3. Bob
    BobFeb 06, 2012

    I also realized I had another point. It is important to realize that the most likely way to palce ourselves into a situation where we are treated like Rosa Parks in a relationship is because we did not really get to know the character of the person we chose to be with. A good man will not suddenly turn into what you describe. Getting sucked in by the hot, confident, smooth talking boy will. Chivalry had value in relationships because the crude, lazy men would not be chivalrous. They would cat call women, leer at them, and not behave chivalrously. They would take the wench out back, have sex with her, and beat her, but a truly chivalrous man viewed all that behavior as beneath him. Women lost an outward sign and have to look harder for it now, but it did not absolve them of looking for it. When women stopped looking for the inner traits they created a part of this.

    Lastly, lets remember Rosa Parks was made to sit in the colored section by white men and white WOMEN. The comparison is not really correct. Society was oppressing Rosa by an allowed and institutionally endorsed behavior. No one forces us to meet, select and marry a bad partner. We do that on our own. We have the responsiblity and the blame not the partner. It’s too easy the other way.

    • Tammy Flores
      Tammy FloresFeb 12, 2012

      Bob, I agree with your Principles, however, when the one you choose to marry is not willing to change and has bad behavior, yes you made that choice, but there is a divorce clause in every contract “marriage”. I can speak very boldly about my own circumstances and say I did not enter it lightly and I am thankful I was able to get out of it and did not become the “property” of that man. You do realize that in some parts of the world, women are still viewed as property and not as equal contributors to the family arrangement. For those women, it absolutely is the equivalent to the Rosa Park illustration because the man’s behavior is institutionally endorsed behavior and they are forced marry the men they are with in some cases.

      Woman’s issues in Canada only started to get better in the 70’s. That was not in the too far distant past. We still have issues with men and how they view our role in society. It should not be in this part of the world, but it exists.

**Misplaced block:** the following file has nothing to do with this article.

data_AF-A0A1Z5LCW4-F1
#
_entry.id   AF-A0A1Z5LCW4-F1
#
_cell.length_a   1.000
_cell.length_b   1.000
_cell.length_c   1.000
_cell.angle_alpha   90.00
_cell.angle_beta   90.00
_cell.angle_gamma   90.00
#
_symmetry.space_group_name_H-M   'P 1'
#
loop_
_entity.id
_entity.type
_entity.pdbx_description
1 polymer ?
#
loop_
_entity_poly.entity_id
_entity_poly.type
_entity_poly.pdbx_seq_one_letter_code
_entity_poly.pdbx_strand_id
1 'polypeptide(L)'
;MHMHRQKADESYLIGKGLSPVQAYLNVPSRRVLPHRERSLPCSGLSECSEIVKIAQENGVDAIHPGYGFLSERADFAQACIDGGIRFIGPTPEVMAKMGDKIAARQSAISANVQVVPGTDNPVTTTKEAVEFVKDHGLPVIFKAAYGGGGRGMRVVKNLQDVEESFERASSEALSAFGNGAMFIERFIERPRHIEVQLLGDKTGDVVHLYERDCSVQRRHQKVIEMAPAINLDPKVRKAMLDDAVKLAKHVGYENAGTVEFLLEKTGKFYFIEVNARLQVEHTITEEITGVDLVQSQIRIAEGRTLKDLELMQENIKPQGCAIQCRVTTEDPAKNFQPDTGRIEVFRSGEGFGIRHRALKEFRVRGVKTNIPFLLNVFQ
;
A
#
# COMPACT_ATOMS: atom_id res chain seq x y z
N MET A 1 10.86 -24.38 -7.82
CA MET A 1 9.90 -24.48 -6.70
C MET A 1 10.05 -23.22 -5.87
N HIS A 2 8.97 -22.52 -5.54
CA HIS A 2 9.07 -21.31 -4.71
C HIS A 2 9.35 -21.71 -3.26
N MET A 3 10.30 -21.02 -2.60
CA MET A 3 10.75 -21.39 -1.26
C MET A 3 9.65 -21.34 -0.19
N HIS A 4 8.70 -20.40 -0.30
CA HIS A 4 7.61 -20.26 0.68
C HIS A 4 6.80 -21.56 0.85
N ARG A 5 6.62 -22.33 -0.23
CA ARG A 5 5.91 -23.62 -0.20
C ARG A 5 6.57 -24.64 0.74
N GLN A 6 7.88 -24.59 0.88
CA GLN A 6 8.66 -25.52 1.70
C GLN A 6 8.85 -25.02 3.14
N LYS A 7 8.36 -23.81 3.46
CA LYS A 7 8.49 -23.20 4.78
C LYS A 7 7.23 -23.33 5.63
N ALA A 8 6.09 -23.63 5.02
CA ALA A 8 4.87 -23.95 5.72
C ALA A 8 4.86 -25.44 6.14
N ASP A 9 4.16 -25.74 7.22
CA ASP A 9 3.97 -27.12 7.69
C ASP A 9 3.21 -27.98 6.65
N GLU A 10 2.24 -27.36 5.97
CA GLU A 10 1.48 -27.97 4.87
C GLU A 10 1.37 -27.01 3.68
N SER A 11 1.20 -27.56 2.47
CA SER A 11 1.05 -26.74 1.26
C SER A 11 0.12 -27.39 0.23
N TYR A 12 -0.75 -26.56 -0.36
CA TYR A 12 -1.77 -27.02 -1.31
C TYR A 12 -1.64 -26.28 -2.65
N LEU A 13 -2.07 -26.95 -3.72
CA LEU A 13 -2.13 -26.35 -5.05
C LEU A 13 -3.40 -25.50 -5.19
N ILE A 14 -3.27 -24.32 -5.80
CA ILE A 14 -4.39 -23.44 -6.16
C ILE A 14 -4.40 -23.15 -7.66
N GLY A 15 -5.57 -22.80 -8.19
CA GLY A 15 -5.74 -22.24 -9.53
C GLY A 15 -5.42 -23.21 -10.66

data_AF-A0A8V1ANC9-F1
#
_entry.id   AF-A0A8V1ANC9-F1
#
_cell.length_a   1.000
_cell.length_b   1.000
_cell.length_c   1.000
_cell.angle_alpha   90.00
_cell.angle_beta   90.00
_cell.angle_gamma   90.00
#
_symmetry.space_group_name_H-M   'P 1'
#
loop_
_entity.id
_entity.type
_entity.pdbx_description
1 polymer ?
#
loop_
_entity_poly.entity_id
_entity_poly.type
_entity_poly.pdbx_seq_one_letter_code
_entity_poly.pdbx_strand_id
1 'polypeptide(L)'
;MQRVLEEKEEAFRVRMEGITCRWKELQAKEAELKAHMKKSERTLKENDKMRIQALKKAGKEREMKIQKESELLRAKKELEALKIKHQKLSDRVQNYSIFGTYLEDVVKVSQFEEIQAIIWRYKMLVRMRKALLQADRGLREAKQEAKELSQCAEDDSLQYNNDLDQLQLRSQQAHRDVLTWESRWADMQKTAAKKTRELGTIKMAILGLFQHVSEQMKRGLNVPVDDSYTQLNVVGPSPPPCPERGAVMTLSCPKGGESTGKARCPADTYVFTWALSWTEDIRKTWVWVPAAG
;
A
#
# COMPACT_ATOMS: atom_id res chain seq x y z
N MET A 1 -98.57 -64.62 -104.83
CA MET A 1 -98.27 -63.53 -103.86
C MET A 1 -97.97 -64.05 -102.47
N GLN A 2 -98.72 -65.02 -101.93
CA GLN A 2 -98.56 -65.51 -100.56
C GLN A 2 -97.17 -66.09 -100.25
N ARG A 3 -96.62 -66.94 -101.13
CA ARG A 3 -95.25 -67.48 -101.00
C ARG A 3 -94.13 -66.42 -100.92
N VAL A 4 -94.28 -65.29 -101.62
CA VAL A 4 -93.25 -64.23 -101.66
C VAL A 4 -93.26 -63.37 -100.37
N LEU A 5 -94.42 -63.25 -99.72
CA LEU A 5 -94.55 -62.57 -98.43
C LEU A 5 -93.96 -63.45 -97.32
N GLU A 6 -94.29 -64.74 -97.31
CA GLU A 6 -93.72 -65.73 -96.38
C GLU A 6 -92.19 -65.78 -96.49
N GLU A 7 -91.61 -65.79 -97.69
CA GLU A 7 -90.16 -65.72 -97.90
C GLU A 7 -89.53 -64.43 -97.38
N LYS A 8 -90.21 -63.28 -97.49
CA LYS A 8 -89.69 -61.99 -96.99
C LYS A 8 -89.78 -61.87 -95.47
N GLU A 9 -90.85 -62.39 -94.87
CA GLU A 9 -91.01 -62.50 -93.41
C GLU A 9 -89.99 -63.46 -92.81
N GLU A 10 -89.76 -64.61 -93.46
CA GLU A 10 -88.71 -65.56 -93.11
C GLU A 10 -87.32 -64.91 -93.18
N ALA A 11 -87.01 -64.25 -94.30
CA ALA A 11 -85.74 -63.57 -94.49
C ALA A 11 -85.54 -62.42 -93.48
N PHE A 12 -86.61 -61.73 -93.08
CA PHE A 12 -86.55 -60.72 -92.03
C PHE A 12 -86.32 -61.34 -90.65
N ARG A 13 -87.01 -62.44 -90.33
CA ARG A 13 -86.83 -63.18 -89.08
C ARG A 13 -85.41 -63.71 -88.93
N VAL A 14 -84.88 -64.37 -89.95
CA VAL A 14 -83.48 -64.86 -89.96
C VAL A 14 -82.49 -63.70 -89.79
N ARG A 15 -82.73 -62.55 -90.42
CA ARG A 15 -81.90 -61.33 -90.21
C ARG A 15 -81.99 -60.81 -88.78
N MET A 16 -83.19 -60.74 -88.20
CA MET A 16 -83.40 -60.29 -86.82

• Hayley
        HayleyFeb 12, 2012

        Yes – in a world where stoning a woman to death, female circumcision and other ghastly common practices are not only acceptable but normal, women need to plug into the roles that were created for them in order to re-construct their own identities. And on their own terms. Not the terms defined by men. I believe John Stuart Mill’s book from the 1800’s, “On the Subjection of Women” clearly states the absurdity of female roles as dictated by men.

        • Bob
          BobFeb 13, 2012

          Certainly good points and if you notice I said “created a part of this”. Everyone’s circumstances are different, and certainly in the areas of the world you discuss the points are relevant. I was just addressing the point in your context of Canada and the US, where I do not think there have been any women stoned publicly in recent memory. My point was to focus on those people (and I believe they are the majority), who view marriage as disposable and therefore just toss it aside. That’s where I felt your comments were harmful, encouraging them to continue to feel their view is condoned. If you were writing the articles to the women who are in danger of being stoned to death, then I think it would help, though I also think they are not reading this column.

  4. Pierre Boxwell
    Pierre BoxwellFeb 18, 2012